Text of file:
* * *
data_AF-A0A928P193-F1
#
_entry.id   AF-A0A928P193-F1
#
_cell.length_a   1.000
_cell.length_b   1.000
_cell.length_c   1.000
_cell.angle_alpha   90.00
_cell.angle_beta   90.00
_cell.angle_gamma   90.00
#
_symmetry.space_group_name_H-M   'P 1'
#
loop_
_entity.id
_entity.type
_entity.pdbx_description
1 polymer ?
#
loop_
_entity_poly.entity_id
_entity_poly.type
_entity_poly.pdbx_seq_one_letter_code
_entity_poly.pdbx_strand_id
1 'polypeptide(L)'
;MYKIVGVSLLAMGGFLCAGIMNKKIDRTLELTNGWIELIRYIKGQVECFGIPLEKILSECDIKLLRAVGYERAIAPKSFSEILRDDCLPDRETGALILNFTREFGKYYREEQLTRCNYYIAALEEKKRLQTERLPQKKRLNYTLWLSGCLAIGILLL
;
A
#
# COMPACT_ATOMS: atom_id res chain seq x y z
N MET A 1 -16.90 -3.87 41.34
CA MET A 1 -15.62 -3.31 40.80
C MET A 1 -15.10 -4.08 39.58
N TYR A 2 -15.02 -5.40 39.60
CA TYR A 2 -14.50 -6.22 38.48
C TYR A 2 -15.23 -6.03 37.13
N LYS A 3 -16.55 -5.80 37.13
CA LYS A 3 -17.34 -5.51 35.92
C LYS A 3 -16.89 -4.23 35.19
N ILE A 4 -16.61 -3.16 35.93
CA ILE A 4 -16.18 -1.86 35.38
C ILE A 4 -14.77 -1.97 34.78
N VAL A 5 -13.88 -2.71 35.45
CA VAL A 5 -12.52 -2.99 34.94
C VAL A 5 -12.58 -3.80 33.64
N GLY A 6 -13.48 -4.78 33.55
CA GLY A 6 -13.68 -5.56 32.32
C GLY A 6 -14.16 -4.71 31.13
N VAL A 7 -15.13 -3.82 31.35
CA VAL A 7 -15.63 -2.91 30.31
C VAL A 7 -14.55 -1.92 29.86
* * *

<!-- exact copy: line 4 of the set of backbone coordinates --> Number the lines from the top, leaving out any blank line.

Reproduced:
#